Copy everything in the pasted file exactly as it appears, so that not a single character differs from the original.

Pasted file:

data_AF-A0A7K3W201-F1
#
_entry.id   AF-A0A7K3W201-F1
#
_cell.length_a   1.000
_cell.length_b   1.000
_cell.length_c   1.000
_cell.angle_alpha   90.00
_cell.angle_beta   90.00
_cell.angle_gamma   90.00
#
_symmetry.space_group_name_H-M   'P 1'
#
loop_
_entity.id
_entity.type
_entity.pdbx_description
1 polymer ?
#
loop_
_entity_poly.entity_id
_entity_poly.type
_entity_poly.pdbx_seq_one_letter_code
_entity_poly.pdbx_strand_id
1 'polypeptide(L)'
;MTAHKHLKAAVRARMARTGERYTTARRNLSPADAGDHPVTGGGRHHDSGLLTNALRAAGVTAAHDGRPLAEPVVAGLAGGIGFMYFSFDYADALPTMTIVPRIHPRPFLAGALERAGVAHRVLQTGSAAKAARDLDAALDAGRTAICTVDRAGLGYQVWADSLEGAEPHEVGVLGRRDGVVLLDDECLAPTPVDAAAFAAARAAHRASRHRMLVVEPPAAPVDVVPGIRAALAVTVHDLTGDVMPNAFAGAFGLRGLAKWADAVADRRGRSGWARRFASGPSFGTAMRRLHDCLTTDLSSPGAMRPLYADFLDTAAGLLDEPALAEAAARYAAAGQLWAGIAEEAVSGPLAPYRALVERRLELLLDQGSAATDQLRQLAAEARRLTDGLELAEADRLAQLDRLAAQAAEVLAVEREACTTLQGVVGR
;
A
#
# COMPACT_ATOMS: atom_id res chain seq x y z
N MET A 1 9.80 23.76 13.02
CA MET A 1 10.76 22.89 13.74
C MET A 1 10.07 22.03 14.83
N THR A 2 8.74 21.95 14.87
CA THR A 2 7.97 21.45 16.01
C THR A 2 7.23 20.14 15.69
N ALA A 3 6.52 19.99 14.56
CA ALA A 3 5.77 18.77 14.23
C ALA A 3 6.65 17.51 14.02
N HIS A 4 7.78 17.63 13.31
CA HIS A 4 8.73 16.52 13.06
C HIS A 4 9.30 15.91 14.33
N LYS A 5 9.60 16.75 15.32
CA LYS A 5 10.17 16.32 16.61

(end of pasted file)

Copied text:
data_AF-A0A7K3W201-F1
#
_entry.id   AF-A0A7K3W201-F1
#
_cell.length_a   1.000
_cell.length_b   1.000
_cell.length_c   1.000
_cell.angle_alpha   90.00
_cell.angle_beta   90.00
_cell.angle_gamma   90.00
#
_symmetry.space_group_name_H-M   'P 1'
#
loop_
_entity.id
_entity.type
_entity.pdbx_description
1 polymer ?
#
loop_
_entity_poly.entity_id
_entity_poly.type
_entity_poly.pdbx_seq_one_letter_code
_entity_poly.pdbx_strand_id
1 'polypeptide(L)'
;MTAHKHLKAAVRARMARTGERYTTARRNLSPADAGDHPVTGGGRHHDSGLLTNALRAAGVTAAHDGRPLAEPVVAGLAGGIGFMYFSFDYADALPTMTIVPRIHPRPFLAGALERAGVAHRVLQTGSAAKAARDLDAALDAGRTAICTVDRAGLGYQVWADSLEGAEPHEVGVLGRRDGVVLLDDECLAPTPVDAAAFAAARAAHRASRHRMLVVEPPAAPVDVVPGIRAALAVTVHDLTGDVMPNAFAGAFGLRGLAKWADAVADRRGRSGWARRFASGPSFGTAMRRLHDCLTTDLSSPGAMRPLYADFLDTAAGLLDEPALAEAAARYAAAGQLWAGIAEEAVSGPLAPYRALVERRLELLLDQGSAATDQLRQLAAEARRLTDGLELAEADRLAQLDRLAAQAAEVLAVEREACTTLQGVVGR
;
A
#
# COMPACT_ATOMS: atom_id res chain seq x y z
N MET A 1 9.80 23.76 13.02
CA MET A 1 10.76 22.89 13.74
C MET A 1 10.07 22.03 14.83
N THR A 2 8.74 21.95 14.87
CA THR A 2 7.97 21.45 16.01
C THR A 2 7.23 20.14 15.69
N ALA A 3 6.52 19.99 14.56
CA ALA A 3 5.77 18.77 14.23
C ALA A 3 6.65 17.51 14.02
N HIS A 4 7.78 17.63 13.31
CA HIS A 4 8.73 16.52 13.06
C HIS A 4 9.30 15.91 14.33
N LYS A 5 9.60 16.75 15.32
CA LYS A 5 10.17 16.32 16.61